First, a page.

The Woman Who Fought an Empire by Gregory J. Wallance (Review by Lara Ferguson)

Rating: 2.5/5*

When I read the title and synopsis of this book, I was immediately drawn to the story that it promised. How unusual, I thought, a book about a woman who played an important role during World War I in the Middle East, who made a difference in the world. I am sure that there were many women who made an impact upon the outcome of the war, but here was a book celebrating one of them.

The book starts slowly, laying the ground work so that the reader understands not only the family dynamics at play, but also the characters that are important in the telling of the story of Sarah Aaronsohn and the Nili Spy Ring. It is apparent that the author, Gregory J. Wallance, did a vast amount of research in writing this story, he shares many details that are clearly referenced in the notes. However, in spite of the details provided, I finished the book feeling like I really didn’t know as much as I wanted to about Sarah or the spy ring.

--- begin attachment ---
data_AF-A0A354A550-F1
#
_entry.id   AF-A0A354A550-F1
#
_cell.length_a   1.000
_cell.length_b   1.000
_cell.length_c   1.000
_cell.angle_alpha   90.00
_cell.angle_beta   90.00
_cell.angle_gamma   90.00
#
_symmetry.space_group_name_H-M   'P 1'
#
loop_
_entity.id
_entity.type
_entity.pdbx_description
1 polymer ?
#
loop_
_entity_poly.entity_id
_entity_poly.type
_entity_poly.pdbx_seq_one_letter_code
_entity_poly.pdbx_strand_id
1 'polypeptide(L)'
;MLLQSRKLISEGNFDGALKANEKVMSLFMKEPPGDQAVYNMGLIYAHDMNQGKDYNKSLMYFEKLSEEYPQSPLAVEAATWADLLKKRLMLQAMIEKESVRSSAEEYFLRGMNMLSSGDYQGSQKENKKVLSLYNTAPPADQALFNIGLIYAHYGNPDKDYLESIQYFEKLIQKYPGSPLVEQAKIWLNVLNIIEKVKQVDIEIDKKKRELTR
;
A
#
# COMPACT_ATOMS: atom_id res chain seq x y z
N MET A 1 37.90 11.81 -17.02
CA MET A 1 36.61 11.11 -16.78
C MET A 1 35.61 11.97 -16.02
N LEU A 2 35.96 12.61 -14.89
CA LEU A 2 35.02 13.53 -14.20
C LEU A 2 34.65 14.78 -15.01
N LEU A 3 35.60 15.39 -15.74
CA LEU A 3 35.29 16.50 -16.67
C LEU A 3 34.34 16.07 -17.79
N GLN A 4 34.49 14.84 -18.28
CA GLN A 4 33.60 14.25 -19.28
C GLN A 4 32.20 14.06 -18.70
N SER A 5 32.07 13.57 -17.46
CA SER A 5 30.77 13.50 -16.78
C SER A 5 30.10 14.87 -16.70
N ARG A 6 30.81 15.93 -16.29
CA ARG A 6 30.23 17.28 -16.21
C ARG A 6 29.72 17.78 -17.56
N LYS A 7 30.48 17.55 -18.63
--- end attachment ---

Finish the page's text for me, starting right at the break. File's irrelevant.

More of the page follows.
The book seemed to be mainly about the men that surrounded Sarah and their dealings with the British government more than her story or that of the other spies, and I found that disappointing. It seemed that the author got bogged down in the details and I never really understood what outcomes the spy ring enabled. They certainly risked their lives and those of their community, I think there is definitely an intriguing story to be told about this group, but I do not feel like this book does that.

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